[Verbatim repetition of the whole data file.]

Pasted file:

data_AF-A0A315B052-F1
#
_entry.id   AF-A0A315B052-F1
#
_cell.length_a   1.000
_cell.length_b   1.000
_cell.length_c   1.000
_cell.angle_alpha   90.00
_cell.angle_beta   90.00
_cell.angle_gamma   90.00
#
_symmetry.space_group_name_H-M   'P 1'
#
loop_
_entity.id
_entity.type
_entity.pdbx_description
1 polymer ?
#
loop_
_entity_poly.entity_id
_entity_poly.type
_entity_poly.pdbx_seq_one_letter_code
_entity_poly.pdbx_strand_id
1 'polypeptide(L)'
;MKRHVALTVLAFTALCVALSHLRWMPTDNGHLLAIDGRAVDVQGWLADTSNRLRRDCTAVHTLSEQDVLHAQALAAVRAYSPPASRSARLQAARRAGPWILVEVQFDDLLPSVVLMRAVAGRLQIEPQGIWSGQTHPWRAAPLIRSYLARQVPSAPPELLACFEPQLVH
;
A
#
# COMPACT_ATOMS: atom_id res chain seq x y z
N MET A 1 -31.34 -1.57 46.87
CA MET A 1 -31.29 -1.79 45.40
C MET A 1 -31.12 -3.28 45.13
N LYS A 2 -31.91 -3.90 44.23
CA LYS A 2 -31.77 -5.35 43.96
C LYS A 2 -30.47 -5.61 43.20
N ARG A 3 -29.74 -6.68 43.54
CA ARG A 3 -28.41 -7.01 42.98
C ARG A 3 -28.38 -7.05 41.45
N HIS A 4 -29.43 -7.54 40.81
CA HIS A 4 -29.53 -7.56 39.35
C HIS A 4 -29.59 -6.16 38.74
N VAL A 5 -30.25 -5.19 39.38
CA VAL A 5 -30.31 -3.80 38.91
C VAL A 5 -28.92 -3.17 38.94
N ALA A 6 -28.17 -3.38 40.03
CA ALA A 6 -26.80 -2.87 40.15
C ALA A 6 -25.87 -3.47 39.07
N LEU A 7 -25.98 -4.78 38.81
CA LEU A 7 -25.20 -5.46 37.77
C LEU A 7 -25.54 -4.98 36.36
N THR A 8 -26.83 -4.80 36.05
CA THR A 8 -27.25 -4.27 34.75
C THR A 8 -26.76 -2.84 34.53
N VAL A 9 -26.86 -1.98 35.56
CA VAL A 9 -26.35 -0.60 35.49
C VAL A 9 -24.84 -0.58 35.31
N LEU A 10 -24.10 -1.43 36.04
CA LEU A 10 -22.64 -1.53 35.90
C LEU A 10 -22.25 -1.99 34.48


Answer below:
data_AF-A0A315B052-F1
#
_entry.id   AF-A0A315B052-F1
#
_cell.length_a   1.000
_cell.length_b   1.000
_cell.length_c   1.000
_cell.angle_alpha   90.00
_cell.angle_beta   90.00
_cell.angle_gamma   90.00
#
_symmetry.space_group_name_H-M   'P 1'
#
loop_
_entity.id
_entity.type
_entity.pdbx_description
1 polymer ?
#
loop_
_entity_poly.entity_id
_entity_poly.type
_entity_poly.pdbx_seq_one_letter_code
_entity_poly.pdbx_strand_id
1 'polypeptide(L)'
;MKRHVALTVLAFTALCVALSHLRWMPTDNGHLLAIDGRAVDVQGWLADTSNRLRRDCTAVHTLSEQDVLHAQALAAVRAYSPPASRSARLQAARRAGPWILVEVQFDDLLPSVVLMRAVAGRLQIEPQGIWSGQTHPWRAAPLIRSYLARQVPSAPPELLACFEPQLVH
;
A
#
# COMPACT_ATOMS: atom_id res chain seq x y z
N MET A 1 -31.34 -1.57 46.87
CA MET A 1 -31.29 -1.79 45.40
C MET A 1 -31.12 -3.28 45.13
N LYS A 2 -31.91 -3.90 44.23
CA LYS A 2 -31.77 -5.35 43.96
C LYS A 2 -30.47 -5.61 43.20
N ARG A 3 -29.74 -6.68 43.54
CA ARG A 3 -28.41 -7.01 42.98
C ARG A 3 -28.38 -7.05 41.45
N HIS A 4 -29.43 -7.54 40.81
CA HIS A 4 -29.53 -7.56 39.35
C HIS A 4 -29.59 -6.16 38.74
N VAL A 5 -30.25 -5.19 39.38
CA VAL A 5 -30.31 -3.80 38.91
C VAL A 5 -28.92 -3.17 38.94
N ALA A 6 -28.17 -3.38 40.03
CA ALA A 6 -26.80 -2.87 40.15
C ALA A 6 -25.87 -3.47 39.07
N LEU A 7 -25.98 -4.78 38.81
CA LEU A 7 -25.20 -5.46 37.77
C LEU A 7 -25.54 -4.98 36.36
N THR A 8 -26.83 -4.80 36.05
CA THR A 8 -27.25 -4.27 34.75
C THR A 8 -26.76 -2.84 34.53
N VAL A 9 -26.86 -1.98 35.56
CA VAL A 9 -26.35 -0.60 35.49
C VAL A 9 -24.84 -0.58 35.31
N LEU A 10 -24.10 -1.43 36.04
CA LEU A 10 -22.64 -1.53 35.90
C LEU A 10 -22.25 -1.99 34.48